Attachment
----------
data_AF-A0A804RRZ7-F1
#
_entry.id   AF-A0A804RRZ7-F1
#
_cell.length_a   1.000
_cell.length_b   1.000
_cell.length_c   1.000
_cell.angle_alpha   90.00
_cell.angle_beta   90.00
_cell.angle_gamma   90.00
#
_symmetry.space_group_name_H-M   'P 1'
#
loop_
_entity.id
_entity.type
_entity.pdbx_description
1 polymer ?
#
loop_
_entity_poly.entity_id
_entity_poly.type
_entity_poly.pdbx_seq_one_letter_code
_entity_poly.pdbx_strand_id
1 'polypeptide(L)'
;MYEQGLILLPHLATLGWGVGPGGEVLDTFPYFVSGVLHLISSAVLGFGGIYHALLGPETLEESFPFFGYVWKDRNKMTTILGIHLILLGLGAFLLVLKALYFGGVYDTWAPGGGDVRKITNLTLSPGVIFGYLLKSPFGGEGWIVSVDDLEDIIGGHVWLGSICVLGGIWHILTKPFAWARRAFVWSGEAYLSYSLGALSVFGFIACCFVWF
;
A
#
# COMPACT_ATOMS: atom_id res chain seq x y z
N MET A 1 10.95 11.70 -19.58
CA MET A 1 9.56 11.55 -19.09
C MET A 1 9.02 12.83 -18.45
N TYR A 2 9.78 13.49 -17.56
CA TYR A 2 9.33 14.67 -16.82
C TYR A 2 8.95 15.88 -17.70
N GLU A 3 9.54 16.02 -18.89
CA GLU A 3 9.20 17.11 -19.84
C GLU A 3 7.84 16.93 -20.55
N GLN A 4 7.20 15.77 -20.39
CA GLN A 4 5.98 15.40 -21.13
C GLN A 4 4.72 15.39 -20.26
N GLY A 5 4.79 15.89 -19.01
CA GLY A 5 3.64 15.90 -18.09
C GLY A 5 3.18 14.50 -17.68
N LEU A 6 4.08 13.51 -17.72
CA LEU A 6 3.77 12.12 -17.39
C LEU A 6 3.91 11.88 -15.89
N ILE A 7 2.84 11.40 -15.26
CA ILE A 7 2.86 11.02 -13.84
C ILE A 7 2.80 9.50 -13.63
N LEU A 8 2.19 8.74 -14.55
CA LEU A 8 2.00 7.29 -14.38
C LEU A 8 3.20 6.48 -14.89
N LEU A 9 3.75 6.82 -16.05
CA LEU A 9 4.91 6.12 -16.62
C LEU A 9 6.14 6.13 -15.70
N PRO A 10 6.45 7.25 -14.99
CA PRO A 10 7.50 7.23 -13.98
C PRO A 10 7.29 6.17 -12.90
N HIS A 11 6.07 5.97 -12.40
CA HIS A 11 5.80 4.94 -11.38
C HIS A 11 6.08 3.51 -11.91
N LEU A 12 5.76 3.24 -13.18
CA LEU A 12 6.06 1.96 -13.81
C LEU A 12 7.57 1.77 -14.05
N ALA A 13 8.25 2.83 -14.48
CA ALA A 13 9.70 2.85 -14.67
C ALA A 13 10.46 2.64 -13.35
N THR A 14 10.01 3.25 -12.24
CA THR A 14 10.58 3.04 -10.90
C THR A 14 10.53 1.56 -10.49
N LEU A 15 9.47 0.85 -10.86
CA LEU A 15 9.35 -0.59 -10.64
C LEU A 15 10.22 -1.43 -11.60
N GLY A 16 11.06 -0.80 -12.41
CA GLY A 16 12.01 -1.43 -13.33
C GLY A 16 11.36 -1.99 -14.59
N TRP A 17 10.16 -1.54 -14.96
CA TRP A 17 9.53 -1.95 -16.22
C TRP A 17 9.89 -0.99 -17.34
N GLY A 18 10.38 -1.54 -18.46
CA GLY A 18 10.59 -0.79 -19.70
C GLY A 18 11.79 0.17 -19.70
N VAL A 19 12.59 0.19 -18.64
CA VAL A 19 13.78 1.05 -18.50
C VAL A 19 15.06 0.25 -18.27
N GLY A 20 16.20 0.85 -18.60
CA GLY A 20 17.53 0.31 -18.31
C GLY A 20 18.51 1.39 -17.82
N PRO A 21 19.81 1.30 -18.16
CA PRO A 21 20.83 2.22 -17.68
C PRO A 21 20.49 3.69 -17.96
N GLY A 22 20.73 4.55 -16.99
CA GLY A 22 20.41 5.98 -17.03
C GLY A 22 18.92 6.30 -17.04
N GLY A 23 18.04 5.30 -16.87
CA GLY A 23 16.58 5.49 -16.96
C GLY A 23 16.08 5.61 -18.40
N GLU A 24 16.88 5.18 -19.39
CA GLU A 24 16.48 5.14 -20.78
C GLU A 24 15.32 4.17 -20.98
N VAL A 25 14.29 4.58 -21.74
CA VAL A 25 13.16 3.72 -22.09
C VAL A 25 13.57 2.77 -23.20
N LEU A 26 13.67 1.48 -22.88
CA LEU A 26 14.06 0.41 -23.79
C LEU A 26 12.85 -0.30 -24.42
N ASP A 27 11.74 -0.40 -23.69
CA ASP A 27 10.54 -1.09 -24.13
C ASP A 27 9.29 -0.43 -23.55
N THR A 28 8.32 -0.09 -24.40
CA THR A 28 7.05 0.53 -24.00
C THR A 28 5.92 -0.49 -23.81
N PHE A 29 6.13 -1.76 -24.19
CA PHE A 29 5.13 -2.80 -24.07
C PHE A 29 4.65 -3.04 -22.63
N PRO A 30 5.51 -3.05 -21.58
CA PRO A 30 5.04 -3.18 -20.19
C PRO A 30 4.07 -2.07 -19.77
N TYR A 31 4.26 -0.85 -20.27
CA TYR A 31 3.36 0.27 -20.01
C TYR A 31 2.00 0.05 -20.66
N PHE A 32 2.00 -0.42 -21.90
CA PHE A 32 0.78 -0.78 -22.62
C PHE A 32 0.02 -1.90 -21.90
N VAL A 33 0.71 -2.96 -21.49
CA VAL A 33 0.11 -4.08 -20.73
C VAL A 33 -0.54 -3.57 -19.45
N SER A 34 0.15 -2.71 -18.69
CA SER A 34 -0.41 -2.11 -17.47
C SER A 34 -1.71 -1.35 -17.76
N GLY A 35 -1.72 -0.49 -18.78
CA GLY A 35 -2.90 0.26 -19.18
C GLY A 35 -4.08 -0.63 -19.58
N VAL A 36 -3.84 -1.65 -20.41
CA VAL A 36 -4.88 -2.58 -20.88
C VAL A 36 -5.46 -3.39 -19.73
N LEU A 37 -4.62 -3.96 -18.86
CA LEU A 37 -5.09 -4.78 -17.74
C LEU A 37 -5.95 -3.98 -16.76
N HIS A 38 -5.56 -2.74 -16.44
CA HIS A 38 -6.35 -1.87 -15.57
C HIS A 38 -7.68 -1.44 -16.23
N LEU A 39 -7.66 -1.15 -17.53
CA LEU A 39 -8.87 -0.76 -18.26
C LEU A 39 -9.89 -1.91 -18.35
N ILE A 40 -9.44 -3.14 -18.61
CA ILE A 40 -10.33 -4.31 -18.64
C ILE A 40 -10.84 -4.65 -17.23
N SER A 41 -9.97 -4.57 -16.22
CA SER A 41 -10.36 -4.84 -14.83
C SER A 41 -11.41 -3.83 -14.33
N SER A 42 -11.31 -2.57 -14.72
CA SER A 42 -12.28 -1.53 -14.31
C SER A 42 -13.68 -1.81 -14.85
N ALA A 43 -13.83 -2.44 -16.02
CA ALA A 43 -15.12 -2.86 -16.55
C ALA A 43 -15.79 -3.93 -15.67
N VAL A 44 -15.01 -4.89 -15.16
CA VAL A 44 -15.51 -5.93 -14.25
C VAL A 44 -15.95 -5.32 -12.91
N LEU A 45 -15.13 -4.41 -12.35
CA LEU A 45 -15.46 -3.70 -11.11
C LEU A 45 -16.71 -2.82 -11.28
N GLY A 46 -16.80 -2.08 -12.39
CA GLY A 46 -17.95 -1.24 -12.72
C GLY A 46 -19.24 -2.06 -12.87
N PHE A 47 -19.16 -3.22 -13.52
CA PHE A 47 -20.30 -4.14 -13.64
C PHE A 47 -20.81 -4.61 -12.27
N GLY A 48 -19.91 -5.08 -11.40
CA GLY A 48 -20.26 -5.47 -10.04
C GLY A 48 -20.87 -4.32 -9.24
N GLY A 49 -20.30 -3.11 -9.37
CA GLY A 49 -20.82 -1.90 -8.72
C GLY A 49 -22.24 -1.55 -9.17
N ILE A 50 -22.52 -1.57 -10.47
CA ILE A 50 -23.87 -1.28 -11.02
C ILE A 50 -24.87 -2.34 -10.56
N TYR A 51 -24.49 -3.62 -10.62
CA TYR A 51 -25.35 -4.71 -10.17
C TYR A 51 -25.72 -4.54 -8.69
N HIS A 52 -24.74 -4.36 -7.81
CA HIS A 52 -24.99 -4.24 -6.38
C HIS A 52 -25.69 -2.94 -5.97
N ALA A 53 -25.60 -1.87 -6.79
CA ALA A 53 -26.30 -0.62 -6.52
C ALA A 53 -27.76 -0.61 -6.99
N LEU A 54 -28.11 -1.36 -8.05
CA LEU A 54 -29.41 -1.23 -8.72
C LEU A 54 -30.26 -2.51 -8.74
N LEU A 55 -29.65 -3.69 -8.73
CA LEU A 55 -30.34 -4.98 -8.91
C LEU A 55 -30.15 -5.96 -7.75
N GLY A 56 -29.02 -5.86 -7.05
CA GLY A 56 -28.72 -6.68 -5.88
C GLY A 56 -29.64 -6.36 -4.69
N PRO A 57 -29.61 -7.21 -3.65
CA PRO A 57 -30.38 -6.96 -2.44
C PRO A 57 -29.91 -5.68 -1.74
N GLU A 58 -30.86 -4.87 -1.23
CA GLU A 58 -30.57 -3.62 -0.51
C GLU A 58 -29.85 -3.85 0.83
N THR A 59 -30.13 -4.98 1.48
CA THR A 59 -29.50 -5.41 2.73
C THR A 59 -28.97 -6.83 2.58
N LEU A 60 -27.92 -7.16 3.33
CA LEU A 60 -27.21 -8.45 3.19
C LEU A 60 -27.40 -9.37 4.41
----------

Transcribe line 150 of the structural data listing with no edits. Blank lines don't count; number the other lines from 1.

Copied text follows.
C ILE A 40 -10.84 -4.65 -17.23